In an interesting hardware store outing, Doc happened to notice that there was a section of lumber slightly cheaper than the rest. Ever the thrifty Boy Scout, he bought a load of it. Apparently, it was the leftovers from a batch of wood which was sold to benefit a breast cancer research organization and is therefore HOT PINK!
As the tomboy who never brought herself to admit to wanting Barbie's Dream Home for my Barbie and her GI Joe husband to retire to, I thought it lent the framework kind of the kitschy girlie vibe that old Barbie would approve of, even if her GI Joe husband had to sleep in his GI Joe Official Combat Jeep until the pink was hidden by drywall. And even if it didn't contribute to the very worthy cause of cancer research and awareness, at least it kept some callused, cussing, dip-spitting old construction worker from having to buy the last of the hot pink lumber. Also, it EXACTLY matched the pedicure I was hiding in wool socks and workboots! How many builders do you know who can say that?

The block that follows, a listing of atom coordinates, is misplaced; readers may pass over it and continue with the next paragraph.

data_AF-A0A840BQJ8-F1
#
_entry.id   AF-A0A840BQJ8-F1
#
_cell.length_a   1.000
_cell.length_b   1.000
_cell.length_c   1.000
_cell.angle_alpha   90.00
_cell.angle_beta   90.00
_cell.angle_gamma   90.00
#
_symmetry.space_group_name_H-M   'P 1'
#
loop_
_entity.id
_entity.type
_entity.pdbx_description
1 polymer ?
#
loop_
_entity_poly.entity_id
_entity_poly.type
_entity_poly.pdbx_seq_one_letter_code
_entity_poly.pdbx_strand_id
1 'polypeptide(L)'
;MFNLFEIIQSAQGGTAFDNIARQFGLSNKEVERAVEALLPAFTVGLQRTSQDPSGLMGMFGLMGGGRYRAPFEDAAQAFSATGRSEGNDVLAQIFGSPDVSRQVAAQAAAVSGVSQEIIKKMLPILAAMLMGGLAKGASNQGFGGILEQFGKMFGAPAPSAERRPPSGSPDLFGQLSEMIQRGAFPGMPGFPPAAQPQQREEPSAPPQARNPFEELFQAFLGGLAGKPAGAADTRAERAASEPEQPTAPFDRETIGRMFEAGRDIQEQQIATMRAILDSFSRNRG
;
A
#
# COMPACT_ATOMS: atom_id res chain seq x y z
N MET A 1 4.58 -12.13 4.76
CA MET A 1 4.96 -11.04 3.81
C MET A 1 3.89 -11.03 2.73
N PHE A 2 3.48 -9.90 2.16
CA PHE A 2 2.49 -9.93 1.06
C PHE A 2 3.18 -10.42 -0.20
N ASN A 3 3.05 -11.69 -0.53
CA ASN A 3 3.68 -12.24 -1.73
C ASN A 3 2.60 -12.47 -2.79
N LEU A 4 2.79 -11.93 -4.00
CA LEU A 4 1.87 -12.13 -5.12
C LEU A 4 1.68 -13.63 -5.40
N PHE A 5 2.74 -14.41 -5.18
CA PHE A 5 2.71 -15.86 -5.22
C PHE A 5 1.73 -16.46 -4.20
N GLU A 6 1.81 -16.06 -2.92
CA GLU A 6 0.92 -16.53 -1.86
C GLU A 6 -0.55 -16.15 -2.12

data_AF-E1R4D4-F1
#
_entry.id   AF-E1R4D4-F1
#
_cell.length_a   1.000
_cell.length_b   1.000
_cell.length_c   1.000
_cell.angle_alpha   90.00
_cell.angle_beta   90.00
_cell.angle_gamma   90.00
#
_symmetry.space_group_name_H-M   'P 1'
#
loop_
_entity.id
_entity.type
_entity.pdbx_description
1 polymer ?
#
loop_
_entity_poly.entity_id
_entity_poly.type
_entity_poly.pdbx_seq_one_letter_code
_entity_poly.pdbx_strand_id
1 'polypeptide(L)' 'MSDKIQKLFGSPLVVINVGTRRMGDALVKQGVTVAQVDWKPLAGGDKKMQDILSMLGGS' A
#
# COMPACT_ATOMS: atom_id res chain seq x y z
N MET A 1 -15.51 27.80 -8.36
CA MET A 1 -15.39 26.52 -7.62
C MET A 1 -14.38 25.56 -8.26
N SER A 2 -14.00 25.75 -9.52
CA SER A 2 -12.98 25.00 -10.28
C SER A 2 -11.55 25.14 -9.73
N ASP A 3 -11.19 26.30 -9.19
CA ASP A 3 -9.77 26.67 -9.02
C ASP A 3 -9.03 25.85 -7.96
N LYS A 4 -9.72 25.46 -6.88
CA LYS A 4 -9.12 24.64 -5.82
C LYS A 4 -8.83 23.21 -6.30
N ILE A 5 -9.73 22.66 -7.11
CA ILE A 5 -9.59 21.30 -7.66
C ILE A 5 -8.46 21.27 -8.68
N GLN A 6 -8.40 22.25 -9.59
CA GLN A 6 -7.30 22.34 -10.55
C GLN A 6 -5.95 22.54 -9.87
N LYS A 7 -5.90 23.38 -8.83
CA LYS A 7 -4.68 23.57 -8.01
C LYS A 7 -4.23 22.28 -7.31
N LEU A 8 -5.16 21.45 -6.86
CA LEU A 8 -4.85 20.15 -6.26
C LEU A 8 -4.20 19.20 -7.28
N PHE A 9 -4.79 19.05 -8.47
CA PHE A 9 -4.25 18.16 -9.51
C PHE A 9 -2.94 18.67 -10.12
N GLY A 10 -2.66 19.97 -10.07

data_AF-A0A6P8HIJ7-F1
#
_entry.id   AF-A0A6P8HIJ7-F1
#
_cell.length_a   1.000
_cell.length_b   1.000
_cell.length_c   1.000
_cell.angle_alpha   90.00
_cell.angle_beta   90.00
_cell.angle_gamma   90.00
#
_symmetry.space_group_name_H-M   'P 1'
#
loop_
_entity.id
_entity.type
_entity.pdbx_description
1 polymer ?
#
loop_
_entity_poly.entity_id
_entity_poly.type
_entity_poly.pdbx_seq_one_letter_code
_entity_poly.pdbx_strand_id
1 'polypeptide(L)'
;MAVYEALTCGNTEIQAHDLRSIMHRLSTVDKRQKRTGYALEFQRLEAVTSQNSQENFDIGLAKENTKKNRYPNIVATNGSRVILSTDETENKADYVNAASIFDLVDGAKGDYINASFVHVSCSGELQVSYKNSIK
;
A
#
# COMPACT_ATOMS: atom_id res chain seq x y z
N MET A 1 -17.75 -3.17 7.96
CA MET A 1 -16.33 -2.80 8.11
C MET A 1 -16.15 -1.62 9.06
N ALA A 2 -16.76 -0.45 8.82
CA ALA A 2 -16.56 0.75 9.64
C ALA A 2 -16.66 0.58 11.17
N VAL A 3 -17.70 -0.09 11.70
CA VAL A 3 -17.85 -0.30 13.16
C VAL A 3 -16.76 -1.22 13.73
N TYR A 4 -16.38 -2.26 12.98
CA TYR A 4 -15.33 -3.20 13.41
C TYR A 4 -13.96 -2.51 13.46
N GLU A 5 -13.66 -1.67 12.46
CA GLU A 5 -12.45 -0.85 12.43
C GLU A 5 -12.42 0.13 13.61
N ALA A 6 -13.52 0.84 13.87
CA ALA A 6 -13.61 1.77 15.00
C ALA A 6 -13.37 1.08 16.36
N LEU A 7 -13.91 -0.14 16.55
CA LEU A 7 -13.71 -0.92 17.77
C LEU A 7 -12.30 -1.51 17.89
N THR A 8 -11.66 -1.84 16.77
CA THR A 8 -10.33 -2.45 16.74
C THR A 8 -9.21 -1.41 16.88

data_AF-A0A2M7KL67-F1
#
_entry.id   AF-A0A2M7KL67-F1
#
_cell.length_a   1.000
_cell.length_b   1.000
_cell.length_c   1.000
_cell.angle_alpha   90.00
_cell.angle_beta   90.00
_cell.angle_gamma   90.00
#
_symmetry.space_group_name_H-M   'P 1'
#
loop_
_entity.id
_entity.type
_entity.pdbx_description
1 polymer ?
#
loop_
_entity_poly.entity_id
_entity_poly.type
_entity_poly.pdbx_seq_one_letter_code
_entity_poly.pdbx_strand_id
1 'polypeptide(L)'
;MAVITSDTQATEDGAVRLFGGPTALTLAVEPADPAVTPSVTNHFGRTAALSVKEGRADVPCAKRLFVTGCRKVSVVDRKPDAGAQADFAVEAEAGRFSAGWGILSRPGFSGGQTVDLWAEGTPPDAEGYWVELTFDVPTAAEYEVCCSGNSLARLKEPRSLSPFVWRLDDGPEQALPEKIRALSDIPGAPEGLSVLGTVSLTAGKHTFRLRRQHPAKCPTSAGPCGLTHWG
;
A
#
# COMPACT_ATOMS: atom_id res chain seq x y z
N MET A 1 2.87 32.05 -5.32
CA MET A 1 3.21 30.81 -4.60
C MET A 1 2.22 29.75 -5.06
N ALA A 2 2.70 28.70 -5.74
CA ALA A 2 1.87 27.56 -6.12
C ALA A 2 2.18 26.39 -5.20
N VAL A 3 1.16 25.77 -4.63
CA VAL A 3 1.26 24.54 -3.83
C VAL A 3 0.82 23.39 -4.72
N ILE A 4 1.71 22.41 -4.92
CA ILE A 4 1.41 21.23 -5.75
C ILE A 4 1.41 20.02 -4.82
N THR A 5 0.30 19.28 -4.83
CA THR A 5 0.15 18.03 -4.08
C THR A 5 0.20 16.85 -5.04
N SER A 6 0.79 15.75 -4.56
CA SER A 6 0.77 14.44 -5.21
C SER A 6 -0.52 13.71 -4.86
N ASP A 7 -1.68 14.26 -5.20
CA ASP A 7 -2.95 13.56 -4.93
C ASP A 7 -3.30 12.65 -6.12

Well, dad should have landed at our little coast airport by now and will be driving the banged up Lexus home with all the windows open and some decent classic rock or maybe public radio on. I can guarantee you with 100% certainty he is planning the next stages of framing and getting trusses as he drives up the highway.
And I will admit to having needed and enjoyed the break for packing and resting and moving my things into the temporary carriage house we'll live in until Jessica's Dream Home is finished but I can't wait to see my little frame getting taller and more houseshaped on my hill.